Keeping the Course Green

Duke University Golf Club maintenance team braves elements to maintain terrain

Members of the Duke University Golf Club Maintenance Team roll up a tarp after snowy weather.
Members of the Duke University Golf Club Maintenance Team roll up a tarp after snowy weather.

Temperatures had climbed just above freezing for a few hours on a January afternoon when the full might of the Duke University Golf Club’s Maintenance Team began uncovering tarps from the course.

Fourteen people worked on removing the tarps, which are about 6,000 square feet, and take about five to six folds to pack away. The goal? Have all 18 holes and four practice greens uncovered so play could resume on the rolling terrain after 13 days of freezing temperatures.  

“It’s very rare to get this deep of a cold in the Carolinas,” said Sadler Stowe, golf course superintendent, as the crew drove carts packed with some of the 22 tarps back to storage.

The maintenance team oversees the golf course, which opened in 1957 and spreads out over 120 acres. No matter the day of the week or if there’s snow, hurricanes or extreme heat, the team is there preserve the course, which is open daily.  

Four years ago, Duke University Golf Club changed from bent grass to drought tolerant Bermuda grass. Bent grass thrives in colder months when the club sees less people on the course. Bermuda grass grows better in the summer when more people play.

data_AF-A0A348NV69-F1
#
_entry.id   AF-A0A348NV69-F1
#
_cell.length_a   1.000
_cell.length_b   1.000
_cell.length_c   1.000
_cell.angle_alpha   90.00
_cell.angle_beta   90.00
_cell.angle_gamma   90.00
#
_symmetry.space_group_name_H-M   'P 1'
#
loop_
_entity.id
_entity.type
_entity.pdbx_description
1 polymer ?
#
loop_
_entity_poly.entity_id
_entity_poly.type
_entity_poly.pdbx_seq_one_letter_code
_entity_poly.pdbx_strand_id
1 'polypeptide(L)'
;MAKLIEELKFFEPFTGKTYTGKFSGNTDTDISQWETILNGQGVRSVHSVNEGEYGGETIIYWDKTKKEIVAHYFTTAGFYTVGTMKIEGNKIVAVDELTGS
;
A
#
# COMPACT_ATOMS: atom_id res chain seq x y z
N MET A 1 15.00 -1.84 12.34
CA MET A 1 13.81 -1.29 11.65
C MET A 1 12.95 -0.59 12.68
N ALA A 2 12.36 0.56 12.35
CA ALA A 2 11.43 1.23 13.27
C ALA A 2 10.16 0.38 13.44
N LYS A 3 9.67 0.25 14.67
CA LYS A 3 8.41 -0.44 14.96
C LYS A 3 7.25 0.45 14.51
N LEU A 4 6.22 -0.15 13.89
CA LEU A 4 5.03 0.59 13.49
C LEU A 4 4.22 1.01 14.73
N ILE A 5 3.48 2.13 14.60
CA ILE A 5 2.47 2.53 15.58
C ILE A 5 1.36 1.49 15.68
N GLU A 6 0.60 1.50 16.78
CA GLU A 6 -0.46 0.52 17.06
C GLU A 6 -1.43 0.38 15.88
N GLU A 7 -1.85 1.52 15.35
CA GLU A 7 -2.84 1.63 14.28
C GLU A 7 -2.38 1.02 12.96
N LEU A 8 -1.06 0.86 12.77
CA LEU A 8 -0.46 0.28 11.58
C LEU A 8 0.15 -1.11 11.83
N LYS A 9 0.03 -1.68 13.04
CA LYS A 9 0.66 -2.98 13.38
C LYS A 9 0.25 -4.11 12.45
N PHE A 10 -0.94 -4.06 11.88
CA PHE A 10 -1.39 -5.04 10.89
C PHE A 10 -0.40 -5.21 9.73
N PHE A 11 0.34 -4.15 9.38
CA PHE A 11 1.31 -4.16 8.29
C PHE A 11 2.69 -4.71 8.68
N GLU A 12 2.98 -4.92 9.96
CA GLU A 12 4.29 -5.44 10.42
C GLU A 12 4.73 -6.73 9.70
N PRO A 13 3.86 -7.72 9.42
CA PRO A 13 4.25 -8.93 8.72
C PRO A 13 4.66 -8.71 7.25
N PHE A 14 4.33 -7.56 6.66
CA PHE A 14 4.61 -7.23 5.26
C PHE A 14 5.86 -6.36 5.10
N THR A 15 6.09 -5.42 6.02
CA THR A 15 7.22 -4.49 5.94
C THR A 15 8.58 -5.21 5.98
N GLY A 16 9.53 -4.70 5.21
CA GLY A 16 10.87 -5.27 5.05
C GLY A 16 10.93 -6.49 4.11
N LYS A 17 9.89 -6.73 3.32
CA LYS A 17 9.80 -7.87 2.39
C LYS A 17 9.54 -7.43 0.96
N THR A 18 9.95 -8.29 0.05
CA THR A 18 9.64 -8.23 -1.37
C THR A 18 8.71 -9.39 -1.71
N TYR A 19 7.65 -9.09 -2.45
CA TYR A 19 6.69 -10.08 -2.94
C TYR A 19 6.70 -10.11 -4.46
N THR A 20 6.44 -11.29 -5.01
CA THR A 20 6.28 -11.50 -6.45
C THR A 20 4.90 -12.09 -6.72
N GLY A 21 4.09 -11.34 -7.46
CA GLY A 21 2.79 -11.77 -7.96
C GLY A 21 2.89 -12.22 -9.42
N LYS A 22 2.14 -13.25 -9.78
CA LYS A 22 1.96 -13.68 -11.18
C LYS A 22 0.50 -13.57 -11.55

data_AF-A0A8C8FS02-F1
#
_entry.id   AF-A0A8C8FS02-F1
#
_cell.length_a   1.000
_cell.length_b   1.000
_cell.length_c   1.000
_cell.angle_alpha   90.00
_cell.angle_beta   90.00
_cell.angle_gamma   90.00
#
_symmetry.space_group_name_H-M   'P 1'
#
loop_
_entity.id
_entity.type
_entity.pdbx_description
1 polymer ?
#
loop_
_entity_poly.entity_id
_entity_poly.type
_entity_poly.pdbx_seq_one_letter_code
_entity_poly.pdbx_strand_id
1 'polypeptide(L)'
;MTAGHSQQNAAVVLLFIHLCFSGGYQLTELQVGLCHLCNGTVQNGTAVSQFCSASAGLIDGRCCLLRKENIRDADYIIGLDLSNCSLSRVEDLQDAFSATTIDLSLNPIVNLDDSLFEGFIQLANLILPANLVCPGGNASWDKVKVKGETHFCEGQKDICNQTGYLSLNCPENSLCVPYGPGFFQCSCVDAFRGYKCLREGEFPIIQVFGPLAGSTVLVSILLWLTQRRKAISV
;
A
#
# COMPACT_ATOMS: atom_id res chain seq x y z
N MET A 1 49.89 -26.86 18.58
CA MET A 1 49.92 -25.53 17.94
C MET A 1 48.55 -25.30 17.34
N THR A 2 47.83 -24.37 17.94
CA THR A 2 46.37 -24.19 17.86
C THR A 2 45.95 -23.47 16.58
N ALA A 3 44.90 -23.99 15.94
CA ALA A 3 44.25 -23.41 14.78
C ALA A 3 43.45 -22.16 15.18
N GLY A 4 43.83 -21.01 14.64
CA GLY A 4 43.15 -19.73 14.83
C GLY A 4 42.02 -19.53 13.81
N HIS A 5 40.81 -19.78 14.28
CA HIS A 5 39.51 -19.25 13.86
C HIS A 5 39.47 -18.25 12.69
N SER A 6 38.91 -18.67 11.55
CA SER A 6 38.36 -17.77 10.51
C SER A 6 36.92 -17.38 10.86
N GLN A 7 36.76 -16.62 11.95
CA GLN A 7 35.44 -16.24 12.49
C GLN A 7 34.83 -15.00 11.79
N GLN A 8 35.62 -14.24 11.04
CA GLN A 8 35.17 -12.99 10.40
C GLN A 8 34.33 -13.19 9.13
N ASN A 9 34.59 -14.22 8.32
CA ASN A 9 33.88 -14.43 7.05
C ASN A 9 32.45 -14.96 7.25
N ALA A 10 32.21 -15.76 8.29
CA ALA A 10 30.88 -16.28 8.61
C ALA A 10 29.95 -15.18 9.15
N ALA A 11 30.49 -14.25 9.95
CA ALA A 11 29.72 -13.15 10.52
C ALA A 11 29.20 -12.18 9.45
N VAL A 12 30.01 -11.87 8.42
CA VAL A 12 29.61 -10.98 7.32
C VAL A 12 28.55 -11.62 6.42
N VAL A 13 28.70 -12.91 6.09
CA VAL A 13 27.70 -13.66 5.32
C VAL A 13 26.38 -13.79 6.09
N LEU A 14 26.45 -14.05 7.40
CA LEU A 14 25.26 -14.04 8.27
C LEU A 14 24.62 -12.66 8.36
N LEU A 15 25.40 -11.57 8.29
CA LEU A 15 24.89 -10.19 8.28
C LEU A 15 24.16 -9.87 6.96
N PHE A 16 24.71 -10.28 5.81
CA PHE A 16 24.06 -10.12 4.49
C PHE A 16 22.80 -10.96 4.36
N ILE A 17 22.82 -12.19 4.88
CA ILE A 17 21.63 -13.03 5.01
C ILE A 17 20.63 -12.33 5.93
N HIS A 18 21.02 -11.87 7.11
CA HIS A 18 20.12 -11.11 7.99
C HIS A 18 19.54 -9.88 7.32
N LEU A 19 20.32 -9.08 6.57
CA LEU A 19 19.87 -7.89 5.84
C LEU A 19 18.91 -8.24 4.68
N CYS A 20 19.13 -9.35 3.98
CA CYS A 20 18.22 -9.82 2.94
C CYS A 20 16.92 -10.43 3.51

The maintenance team rolls up a tarp that measures about 6,000 square feet.On days below freezing, Stowe’s team must cover all 18 greens with pine straw before placing tarps down with metal rods and sandbags ahead of the cold weather. The team lets the grass grow longer in the winter; mowing it would cause stress and make it tougher to survive the cold. 

“It takes a lot of effort for the crew to protect the grass when temperatures drop below freezing,” said Edward Ibarguen, the golf club’s general manager. “They deserve all the credit in the world. They bring it every single day.”

There’s less the maintenance team can do with heavy rains. They can lower pond levels, install drainage and enforce golf carts to only stay on paths, but that’s about it. 

The course on a much warmer day.“I was out here during Hurricane Matthew and we got six inches in 24 hours,” Stowe said. “To see it during that storm and you think ‘how are we ever going to open back up?’” Through design features and drainage, we were up and running two days later.”

Gavan Fitzsimons, the Edward and Rose Donnell Professor in the Fuqua School of Business, has been a member of the Duke University Golf Club for five years. No story better exemplifies the quality of Duke’s course than when he played with members of Pinehurst Resort.

“We were all hanging out chatting a little bit and they unanimously agreed that Duke’s greens were better than Pinehurst’s No. 2 course, which is consistently ranked as one of the top golf courses in America,” Fitzsimons said. “That’s about as high of praise as you can get.”